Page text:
Gov. Roy Cooper announced Wednesday he sent a letter to U.S. Interior Secretary Ryan Zinke seeking to delay any decision on drilling or seismic testing of the ocean floor in search of oil and gas deposits off North Carolina’s coast.

Cooper wants the Bureau of Ocean Energy Management to hold public hearings outside Raleigh in the coastal communities of Kill Devil Hills, Morehead City, and Wilmington. He has threatened a lawsuit if oil and gas drilling is permitted in Atlantic Ocean waters off of North Carolina’s coast. For now, he’s now asking for a 60-day extension of the federal public comment period.

“This extension is necessary to allow for public hearings in coastal areas, and to give the public especially the people of eastern North Carolina, sufficient time to submit comments on offshore drilling proposed for nearly the entire U.S. Outer Continental Shelf,” Cooper said in the letter.

Lt. Gov. Dan Forest chairs the state Energy Policy Council. In an email, Forest spokesman Jamey Falkenbury said:

To ask for another 60 days of public comment is delaying the inevitable decision of Gov. Cooper’s administration to block any exploration off the coast of North Carolina.  The time to start exploring was yesterday.

“I think it’s clear it’s just a delay tactic, and they’re going to pull out every stop,” said David McGowan, executive director of the N.C. Petroleum Council. He said Cooper isn’t interested in the pros or cons of drilling based on scientific testing that has yet to be done.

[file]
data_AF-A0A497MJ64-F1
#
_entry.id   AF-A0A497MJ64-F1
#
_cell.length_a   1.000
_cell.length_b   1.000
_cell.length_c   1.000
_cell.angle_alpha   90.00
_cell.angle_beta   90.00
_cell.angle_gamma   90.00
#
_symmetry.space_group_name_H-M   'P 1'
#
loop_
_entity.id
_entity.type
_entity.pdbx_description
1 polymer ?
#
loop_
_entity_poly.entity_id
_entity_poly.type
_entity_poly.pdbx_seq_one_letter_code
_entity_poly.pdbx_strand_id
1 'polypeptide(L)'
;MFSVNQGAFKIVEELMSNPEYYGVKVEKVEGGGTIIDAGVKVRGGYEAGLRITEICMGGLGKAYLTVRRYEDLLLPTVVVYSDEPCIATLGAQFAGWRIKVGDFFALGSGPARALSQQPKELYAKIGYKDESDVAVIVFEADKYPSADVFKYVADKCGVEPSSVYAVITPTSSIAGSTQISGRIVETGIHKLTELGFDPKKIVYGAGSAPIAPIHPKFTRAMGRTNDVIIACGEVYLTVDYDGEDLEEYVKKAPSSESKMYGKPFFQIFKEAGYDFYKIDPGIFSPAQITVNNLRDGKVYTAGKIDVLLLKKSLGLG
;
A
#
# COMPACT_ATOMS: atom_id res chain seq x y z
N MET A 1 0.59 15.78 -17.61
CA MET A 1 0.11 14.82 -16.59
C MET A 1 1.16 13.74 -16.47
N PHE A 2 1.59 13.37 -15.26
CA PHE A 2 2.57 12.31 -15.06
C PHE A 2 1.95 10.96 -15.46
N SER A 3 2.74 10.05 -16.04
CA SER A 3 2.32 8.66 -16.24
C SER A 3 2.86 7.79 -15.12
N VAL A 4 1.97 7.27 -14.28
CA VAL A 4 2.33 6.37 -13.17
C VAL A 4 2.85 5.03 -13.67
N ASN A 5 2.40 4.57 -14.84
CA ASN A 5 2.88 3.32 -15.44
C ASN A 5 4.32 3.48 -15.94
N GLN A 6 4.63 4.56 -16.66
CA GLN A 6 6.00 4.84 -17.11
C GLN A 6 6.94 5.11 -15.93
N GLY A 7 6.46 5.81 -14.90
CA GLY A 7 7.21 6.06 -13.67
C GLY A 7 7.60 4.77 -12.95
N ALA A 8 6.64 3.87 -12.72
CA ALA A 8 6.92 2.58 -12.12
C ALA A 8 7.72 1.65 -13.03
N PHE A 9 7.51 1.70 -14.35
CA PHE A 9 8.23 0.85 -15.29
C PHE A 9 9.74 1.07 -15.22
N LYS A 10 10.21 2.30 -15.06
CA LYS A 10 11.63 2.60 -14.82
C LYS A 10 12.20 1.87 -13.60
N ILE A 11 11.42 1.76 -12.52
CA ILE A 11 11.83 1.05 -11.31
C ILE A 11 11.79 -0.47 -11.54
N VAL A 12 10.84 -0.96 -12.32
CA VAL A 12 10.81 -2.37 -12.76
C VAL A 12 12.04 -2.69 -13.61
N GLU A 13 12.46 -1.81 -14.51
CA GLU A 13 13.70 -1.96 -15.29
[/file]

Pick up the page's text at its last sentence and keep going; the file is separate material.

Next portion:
McGowan said he supports further public comment. It would take 10 to 15 years before drilling produced any oil or natural gas, and there would be plenty of time for additional public input.

And he said if Cooper is concerned about seismic testing’s effect on marine life, he should have the same level of alarm about other activities that could disturb sea animals.

“I’ll be very interested to learn whether he also opposes seismic surveys for installations of offshore wind turbines once we come to that point in the process with developers of those facilities,” McGowan said. The intensity might be higher in oil and gas seismic testing, but wind seismic is “essentially the same technology, and the same vessels pulling the same type of equipment.”

To be consistent, McGowan said, Cooper should be concerned about the effects on aquatic creatures of beach renourishment, inland dredging, and even National Science Foundation research from 2014 conducted off the coast about potential climate change.

U.S. Rep. Richard Hudson, R-8th District, is a proponent of Atlantic oil and gas exploration and production.

It’s about time we had a president who shares my desire to responsibly open North Carolina to energy exploration while protecting our beautiful coastal waters as well as our tourism and ocean industries,” Hudson said when President Trump reversed Obama-era regulations in April, opening the Outer Continental Shelf for leasing.

Economists have projected offshore drilling would create 15,000 to 17,000 jobs in North Carolina and add between $116 million and $171 million to annual state government revenue.

Zinke yielded to Florida Gov. Rick Scott’s request to exempt Florida from Atlantic drilling earlier this month. Scott made the case that Florida’s beach industry, tourism, and coastline were unique as economic drivers for the state. Cooper requested the same exemption Jan. 20 in a phone call with Zinke.

“If North Carolina is not exempt from offshore drilling, we will sue the federal government,” Cooper said Jan. 22 during a visit to Wrightsville Beach.

In a press release announcing his letter to Zinke, Cooper said at least 30 coastal communities have passed resolutions opposing drilling, joining hundreds of businesses and a bipartisan group of North Carolina’s congressional delegation. He said the only scheduled public hearing — an open house in Raleigh — was not sufficient, and people living in the affected communities should have an opportunity to speak for the record.